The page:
Go to content, skip over navigation


More Pages

Go to content, skip over visible header bar
Home News Features Arts & Entertainment Sports OpinionAbout Contact Advertise

Note about Unsupported Devices:

You seem to be browsing on a screen size, browser, or device that this website cannot support. Some things might look and act a little weird.

Minari’s Racial America

February 24, 2023

Kate Padilla

My family owns a small Mexican bakery and restaurant and has run the place since 2008. It was a consolation after scrambling from the recession, a way to build back up—home lost, business bought. Growing up there I met a lot of strangers over the years, some of whom became good family friends. But there was one pair who my family bonded with, an elderly couple from Indiana. For privacy, I’ll change their surname but maintain its Irish quality that they were so proud of—they were the Coneellys.

The Coneelly’s were very Catholic, very kind and very old. At first we were merely cordial, but as they became older they were physically unable to drive and thus unable to come by the bakery. They lived in a trailer park about a block away from the restaurant, and my mother took the initiative and decided we as a family would look after them. My typical childhood Sunday would be walking over a container full of coffee and take-away plates of chicken enchiladas with my sister to the Coneellys’ trailer. We’d say grace before they ate, watch old Disney classics on VHS and talk about how the bakery was doing.

“Minari” (2019) deals with the Yi family, a Korean immigrant family who’ve moved from California to rural Arkansas. Set in 1983, the film dramatizes this melding of cultures and the necessary adjustments to a new space and culture. But in the meeting of Korea and Midwestern America, what director Lee Isaac Chung portrays isn’t racial conflict. It’s ignorance

There’s a scene where the Yi family attend an all-white church for the first time and afterwards are greeted by members of the congregation. It’s the kind of scene that makes you brace for the worst, and it makes me cringe so much. Monica (Han Ye-ri), the mother, is called “cute.” Anne (Noel Kate Cho) is approached by a young girl who proceeds to make sounds that register as stereotypically East Asian. David (Alan Kim) is asked by a white boy why his face is “so flat.” These comments all come from a gross source, one full of orientalism and racism that can be found across portrayals of East Asians across American film history.

But the women who call Monica cute tell her they’ll help teach her to learn English. The young girl eventually stumbles upon ‘imo’, which Anne translates as ‘aunt’ in Korean. The young girl is genuinely excited to have discovered this new word. The boy who asks David about his face ends up inviting him to a sleepover. Chung makes it clear that this Midwestern congregation is ignorant of Korean culture, but it’s not filled with hate. These two unfamiliar cultures are willing to engage with one another and coexist.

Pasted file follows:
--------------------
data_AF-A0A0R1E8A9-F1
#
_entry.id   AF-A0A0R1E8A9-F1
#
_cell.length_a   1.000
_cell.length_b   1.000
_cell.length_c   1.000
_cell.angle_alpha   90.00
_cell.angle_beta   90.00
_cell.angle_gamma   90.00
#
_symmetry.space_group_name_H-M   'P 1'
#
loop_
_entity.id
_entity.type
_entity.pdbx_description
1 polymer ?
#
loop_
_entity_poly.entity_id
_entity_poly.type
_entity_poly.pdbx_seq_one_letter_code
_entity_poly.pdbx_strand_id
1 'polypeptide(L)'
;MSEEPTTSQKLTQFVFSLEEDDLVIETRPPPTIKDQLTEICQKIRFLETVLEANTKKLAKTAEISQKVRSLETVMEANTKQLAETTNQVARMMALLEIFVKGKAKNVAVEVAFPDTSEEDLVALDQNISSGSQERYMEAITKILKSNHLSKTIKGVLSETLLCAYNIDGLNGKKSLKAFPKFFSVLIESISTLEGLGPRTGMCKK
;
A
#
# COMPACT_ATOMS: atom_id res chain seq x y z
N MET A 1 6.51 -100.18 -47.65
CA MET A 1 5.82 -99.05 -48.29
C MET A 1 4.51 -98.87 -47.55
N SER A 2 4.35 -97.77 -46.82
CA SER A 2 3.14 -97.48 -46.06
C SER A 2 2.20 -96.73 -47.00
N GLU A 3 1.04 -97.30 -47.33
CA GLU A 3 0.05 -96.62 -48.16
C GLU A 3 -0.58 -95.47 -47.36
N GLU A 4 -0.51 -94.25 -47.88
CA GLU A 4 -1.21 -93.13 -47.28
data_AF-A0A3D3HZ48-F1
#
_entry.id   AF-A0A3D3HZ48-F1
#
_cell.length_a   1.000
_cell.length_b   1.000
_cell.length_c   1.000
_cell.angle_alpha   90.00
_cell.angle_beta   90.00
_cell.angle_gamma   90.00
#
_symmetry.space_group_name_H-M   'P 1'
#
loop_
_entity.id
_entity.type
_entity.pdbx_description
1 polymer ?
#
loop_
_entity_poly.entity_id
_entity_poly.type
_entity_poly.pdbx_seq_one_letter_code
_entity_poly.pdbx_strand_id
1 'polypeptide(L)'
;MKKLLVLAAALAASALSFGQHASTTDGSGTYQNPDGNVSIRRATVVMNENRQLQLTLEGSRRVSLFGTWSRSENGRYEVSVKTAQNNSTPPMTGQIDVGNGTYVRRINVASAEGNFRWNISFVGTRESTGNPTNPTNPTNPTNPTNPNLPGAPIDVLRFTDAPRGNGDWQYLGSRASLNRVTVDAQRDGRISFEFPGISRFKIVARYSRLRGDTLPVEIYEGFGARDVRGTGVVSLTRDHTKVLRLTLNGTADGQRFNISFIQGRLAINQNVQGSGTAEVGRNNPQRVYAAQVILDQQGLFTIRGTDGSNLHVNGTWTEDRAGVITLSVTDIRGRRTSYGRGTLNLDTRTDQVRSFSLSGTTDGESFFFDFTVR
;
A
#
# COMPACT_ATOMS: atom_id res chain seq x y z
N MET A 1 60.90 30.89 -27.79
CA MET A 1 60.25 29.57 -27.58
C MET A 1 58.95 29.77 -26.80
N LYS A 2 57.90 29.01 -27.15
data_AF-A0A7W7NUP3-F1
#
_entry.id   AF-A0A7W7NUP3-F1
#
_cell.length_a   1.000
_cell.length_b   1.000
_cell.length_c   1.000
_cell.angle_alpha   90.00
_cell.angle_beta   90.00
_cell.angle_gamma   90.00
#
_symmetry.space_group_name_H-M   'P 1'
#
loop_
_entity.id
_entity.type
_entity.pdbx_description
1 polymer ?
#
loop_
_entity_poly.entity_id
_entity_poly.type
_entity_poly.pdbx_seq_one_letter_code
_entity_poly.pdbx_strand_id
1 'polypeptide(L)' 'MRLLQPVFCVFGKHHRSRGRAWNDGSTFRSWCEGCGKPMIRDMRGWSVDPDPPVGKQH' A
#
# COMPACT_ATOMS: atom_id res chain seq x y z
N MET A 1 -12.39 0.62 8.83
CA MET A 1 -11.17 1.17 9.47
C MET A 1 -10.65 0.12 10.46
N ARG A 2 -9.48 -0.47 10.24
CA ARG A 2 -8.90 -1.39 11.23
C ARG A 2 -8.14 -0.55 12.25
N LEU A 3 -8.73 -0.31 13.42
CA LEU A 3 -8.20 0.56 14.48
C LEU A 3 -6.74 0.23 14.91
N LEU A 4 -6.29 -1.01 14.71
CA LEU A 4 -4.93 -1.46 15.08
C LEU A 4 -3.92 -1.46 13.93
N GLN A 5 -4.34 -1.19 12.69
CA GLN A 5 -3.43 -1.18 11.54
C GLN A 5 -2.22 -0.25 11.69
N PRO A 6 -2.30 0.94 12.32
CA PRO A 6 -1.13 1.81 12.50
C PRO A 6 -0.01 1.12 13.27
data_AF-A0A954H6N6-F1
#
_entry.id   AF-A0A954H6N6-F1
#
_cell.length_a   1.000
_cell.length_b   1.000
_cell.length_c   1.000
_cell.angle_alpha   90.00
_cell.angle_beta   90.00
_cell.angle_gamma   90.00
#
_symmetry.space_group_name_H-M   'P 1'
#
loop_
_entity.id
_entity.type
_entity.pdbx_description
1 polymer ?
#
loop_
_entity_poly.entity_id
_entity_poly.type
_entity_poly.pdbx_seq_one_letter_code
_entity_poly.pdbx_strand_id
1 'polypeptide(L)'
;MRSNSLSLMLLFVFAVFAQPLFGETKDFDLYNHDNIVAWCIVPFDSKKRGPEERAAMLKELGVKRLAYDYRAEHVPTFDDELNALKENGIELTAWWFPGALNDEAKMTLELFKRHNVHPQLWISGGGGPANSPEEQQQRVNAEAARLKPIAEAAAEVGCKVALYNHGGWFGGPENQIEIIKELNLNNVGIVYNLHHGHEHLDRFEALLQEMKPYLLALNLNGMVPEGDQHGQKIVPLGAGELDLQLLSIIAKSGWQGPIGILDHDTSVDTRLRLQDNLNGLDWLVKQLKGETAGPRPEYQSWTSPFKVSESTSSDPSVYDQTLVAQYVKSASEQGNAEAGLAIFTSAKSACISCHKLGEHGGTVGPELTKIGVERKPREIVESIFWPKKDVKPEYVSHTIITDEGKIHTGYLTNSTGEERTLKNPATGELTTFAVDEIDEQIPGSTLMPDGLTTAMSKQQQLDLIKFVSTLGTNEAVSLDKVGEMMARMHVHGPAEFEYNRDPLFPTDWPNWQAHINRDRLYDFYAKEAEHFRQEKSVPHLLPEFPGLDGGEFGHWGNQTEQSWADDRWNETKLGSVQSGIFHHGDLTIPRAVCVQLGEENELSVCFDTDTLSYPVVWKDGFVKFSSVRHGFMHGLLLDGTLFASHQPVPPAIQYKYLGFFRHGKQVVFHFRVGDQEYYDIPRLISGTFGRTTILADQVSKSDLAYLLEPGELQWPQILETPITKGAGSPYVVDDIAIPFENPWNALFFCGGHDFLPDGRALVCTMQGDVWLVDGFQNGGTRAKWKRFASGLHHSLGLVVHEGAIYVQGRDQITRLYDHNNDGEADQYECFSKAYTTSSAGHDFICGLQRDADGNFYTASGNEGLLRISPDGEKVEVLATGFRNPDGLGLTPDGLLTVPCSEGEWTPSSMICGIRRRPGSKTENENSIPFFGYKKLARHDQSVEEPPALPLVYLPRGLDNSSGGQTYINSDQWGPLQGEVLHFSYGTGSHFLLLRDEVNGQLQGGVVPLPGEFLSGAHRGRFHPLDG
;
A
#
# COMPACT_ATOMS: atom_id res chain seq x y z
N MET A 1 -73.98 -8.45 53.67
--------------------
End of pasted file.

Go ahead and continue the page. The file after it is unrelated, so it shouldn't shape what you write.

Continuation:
The attention the bakery required meant my family became more distanced from the Mexican community around us. We couldn’t make the weekend carne asada and fiestas, and the invitations stopped coming. The Coneellys became a part of our Mexican rituals, and they were happy to learn in their old age. On Dia de Reyes we’d cut the Rosca de Reyes, a loaf with dried fruits and sugar crust, and look for the baby Jesus that would mean a day of tamale making. For Dia de los Muertos, we’d bring them sugar skulls and show them pictures of our ofrenda—an altar decorated with marigold petals, candles, plates of food and photographs of those who’ve passed as a way to remember and reach them in the afterlife. Now that they too have passed, alongside my grandfather who is buried in my parent’s pueblo in Oaxaca, Mexico, are the Coneellys, my pseudo-grandparents buried in Indiana.

Minari is a movie about planting roots and growing. For as much as the movie is about this cultural meeting, comparing Korean and American culture, I’ve neglected the larger discussion in the film on what it means to be Korean and Korean-American. The Yi family struggles with an estrangement from their culture, isolated geographically because of what they want. They want to farm Korean crops on American soil. Chung recognizes that inner turmoil, the search for a clean label that helps define who one is. Labels aren’t useful because they’ll never be clear enough. What is useful is curiosity, the willingness to share and to listen, especially if its source is one of ignorance. It’s never too late to discover something outside of yourself.

Minari is currently available on Polarflix.


Before submitting a comment, please review our comment policy. Some key points from the policy:

  • No hate speech, profanity, disrespectful or threatening comments.
  • No personal attacks on reporters.
  • Comments must be under 200 words.
  • You are strongly encouraged to use a real name or identifier ("Class of '92").
  • Any comments made with an email address that does not belong to you will get removed.

Leave a Reply

Any comments that do not follow the policy will not be published.

0/200 words